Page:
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Feds: Late winter storms put snowpack at 135% of normal


Federal officials released the most recent snowpack data this week, and the news is good.

“March roared like a lion from beginning to end and made up for the slow start to this winter,” the USDA Natural Resources Conservation Service announced. “April 1 snowpacks are 108-244% of median, and all basins across Nevada, the Eastern Sierra and the Upper Colorado have peaked above normal for the second year in a row. The last time back-to-back winters had above-normal snowpacks was 2016 and 2017. Water year precipitation since October 1 ranges from 99-141% of median for the region.”

Normal to above normal streamflows are forecast, and reservoirs are expected to be full across northern Nevada.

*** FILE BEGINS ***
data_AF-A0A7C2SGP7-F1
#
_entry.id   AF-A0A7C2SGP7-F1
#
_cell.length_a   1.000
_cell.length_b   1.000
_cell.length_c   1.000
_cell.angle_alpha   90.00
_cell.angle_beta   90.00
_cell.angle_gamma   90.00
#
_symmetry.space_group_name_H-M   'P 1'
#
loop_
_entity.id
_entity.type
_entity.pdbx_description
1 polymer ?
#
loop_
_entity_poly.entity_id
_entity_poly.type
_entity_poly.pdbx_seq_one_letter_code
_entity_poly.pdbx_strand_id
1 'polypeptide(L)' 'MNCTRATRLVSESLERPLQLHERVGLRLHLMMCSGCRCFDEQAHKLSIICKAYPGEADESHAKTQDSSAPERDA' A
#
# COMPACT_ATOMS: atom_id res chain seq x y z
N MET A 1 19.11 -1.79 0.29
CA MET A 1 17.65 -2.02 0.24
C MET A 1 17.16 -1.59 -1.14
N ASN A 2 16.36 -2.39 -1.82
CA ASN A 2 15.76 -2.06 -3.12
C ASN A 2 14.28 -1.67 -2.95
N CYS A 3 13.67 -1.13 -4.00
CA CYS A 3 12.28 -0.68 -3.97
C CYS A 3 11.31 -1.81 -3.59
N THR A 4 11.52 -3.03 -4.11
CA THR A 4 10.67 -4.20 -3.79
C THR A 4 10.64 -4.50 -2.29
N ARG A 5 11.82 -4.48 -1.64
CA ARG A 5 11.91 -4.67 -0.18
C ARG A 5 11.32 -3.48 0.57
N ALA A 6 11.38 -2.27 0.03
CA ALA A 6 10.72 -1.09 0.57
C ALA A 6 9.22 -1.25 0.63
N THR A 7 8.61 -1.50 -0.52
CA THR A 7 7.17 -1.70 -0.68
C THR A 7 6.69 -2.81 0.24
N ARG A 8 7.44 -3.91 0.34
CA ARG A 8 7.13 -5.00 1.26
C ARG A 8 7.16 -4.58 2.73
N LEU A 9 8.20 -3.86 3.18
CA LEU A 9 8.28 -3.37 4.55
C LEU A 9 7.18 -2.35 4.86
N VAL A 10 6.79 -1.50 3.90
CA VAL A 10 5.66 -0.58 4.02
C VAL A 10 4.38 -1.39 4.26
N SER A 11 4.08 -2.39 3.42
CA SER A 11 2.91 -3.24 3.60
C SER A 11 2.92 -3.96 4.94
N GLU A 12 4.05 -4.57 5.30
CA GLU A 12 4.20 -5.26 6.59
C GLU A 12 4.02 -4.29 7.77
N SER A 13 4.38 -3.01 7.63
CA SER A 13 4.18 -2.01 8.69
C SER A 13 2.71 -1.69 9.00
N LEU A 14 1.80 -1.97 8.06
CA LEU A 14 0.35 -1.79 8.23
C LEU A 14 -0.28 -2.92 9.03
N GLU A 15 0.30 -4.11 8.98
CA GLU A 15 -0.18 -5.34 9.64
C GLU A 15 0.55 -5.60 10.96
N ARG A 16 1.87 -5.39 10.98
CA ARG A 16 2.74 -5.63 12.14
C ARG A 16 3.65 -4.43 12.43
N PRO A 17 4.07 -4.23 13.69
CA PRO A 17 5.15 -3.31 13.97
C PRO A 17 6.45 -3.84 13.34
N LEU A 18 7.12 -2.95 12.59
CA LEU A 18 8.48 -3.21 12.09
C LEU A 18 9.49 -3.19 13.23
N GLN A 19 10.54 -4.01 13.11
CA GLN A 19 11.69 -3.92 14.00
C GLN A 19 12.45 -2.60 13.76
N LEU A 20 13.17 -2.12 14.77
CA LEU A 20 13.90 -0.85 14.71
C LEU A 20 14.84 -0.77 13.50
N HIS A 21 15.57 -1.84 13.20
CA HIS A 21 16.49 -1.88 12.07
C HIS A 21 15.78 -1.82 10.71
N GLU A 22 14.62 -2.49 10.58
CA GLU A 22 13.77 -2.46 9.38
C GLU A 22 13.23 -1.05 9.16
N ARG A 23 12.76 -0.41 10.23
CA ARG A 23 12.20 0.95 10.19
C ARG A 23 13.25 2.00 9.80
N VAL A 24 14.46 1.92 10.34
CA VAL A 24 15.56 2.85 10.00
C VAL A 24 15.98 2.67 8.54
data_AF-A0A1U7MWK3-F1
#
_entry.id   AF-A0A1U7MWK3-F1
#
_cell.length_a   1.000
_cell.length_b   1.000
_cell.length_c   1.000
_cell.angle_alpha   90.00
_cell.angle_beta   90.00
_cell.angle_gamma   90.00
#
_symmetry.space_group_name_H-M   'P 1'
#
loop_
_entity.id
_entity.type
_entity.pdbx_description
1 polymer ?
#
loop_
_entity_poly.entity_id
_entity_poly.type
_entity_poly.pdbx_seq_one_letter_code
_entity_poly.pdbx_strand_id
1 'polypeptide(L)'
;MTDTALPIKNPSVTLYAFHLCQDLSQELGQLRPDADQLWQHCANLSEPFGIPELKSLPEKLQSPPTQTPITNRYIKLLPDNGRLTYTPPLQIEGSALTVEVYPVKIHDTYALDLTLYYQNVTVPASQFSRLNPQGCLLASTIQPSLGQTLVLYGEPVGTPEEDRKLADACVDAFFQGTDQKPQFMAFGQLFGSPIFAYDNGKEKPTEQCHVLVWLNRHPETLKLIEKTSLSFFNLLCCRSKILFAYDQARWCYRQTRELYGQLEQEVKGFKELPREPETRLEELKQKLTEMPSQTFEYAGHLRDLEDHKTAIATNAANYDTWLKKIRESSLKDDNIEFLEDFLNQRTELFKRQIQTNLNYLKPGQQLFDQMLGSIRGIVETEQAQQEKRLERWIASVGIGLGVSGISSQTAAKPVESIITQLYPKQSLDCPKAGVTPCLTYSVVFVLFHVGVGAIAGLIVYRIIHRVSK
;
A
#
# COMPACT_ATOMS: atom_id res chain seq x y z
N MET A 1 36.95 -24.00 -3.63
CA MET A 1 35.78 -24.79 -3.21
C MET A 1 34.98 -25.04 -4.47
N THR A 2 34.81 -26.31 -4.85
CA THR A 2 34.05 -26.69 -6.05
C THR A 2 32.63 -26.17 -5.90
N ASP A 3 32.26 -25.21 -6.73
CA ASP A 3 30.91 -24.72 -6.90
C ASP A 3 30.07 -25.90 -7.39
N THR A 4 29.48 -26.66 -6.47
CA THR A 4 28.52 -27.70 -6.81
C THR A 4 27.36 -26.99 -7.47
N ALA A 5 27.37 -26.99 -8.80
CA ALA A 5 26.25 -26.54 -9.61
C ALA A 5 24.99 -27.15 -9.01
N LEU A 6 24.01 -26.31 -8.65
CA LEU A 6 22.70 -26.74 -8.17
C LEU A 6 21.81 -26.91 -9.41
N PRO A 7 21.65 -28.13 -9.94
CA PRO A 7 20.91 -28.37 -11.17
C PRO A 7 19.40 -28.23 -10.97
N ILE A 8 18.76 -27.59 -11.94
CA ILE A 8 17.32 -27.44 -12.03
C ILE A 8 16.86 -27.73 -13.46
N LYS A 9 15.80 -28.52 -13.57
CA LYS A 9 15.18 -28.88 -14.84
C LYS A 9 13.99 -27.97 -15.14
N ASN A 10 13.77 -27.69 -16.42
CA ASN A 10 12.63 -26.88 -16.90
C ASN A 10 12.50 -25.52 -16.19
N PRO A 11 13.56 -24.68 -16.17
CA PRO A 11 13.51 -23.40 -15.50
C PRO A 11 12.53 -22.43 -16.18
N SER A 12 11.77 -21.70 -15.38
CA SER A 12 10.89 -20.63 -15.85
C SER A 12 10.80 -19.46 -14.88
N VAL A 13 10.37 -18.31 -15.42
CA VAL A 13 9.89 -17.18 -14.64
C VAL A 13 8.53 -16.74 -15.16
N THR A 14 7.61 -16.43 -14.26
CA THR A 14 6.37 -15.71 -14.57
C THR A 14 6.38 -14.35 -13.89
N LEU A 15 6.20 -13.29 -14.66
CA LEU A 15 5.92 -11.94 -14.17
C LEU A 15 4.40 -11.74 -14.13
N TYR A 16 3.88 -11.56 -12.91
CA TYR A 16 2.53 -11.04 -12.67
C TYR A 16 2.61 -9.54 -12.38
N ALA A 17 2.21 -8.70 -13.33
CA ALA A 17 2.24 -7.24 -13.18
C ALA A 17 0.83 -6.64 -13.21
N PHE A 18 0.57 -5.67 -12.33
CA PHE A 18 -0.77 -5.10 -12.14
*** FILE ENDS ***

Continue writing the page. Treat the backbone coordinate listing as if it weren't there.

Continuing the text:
It’s the second year in a row the region had above-average precipitation, but things for this year were initially not looking promising.

“The January 1 snowpack was only 44% of median, ranking sixth lowest for the date back to 1981,” NRCS officials noted. “Based on historic data, there was only 30% chance the Eastern Sierra snowpack would reach its median peak by April 1.”

That did not prove to be the case, as precipitation percentages on April 1 are 99-103% of median in the Eastern Sierra basins, 107% in the Upper Colorado, 119% in the Spring Mountains and 121-141% across the rest of northern Nevada.

That means most of the state remains drought-free, with the only parts of southern Nevada remaining in an extended drought.

Source: NRCS

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Feds: Snowpacks below normal for Nevada

January snowpacks for the Silver State are below average in almost all areas, according to the USDA’s Natural Resource Conservation Service.